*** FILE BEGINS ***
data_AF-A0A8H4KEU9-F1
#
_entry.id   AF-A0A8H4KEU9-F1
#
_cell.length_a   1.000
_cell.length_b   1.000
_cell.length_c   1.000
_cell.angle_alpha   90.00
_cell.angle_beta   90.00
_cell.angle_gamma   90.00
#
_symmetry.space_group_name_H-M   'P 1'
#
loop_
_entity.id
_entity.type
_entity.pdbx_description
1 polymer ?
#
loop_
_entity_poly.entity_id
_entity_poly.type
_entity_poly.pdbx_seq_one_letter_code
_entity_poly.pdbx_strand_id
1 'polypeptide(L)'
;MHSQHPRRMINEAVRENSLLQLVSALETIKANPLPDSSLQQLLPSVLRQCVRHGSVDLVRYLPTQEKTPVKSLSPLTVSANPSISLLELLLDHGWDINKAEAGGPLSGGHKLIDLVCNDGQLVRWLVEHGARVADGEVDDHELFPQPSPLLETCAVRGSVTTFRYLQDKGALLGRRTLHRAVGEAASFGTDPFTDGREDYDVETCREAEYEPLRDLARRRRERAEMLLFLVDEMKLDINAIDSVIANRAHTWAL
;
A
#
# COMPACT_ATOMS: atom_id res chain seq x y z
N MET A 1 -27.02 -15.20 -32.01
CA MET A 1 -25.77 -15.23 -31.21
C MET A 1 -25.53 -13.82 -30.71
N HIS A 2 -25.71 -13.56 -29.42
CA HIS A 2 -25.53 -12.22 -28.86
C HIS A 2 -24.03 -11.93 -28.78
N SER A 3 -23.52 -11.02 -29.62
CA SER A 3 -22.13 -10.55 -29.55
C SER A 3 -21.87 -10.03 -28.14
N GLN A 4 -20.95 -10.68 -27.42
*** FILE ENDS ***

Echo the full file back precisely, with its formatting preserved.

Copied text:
data_AF-A0A8H4KEU9-F1
#
_entry.id   AF-A0A8H4KEU9-F1
#
_cell.length_a   1.000
_cell.length_b   1.000
_cell.length_c   1.000
_cell.angle_alpha   90.00
_cell.angle_beta   90.00
_cell.angle_gamma   90.00
#
_symmetry.space_group_name_H-M   'P 1'
#
loop_
_entity.id
_entity.type
_entity.pdbx_description
1 polymer ?
#
loop_
_entity_poly.entity_id
_entity_poly.type
_entity_poly.pdbx_seq_one_letter_code
_entity_poly.pdbx_strand_id
1 'polypeptide(L)'
;MHSQHPRRMINEAVRENSLLQLVSALETIKANPLPDSSLQQLLPSVLRQCVRHGSVDLVRYLPTQEKTPVKSLSPLTVSANPSISLLELLLDHGWDINKAEAGGPLSGGHKLIDLVCNDGQLVRWLVEHGARVADGEVDDHELFPQPSPLLETCAVRGSVTTFRYLQDKGALLGRRTLHRAVGEAASFGTDPFTDGREDYDVETCREAEYEPLRDLARRRRERAEMLLFLVDEMKLDINAIDSVIANRAHTWAL
;
A
#
# COMPACT_ATOMS: atom_id res chain seq x y z
N MET A 1 -27.02 -15.20 -32.01
CA MET A 1 -25.77 -15.23 -31.21
C MET A 1 -25.53 -13.82 -30.71
N HIS A 2 -25.71 -13.56 -29.42
CA HIS A 2 -25.53 -12.22 -28.86
C HIS A 2 -24.03 -11.93 -28.78
N SER A 3 -23.52 -11.02 -29.62
CA SER A 3 -22.13 -10.55 -29.55
C SER A 3 -21.87 -10.03 -28.14
N GLN A 4 -20.95 -10.68 -27.42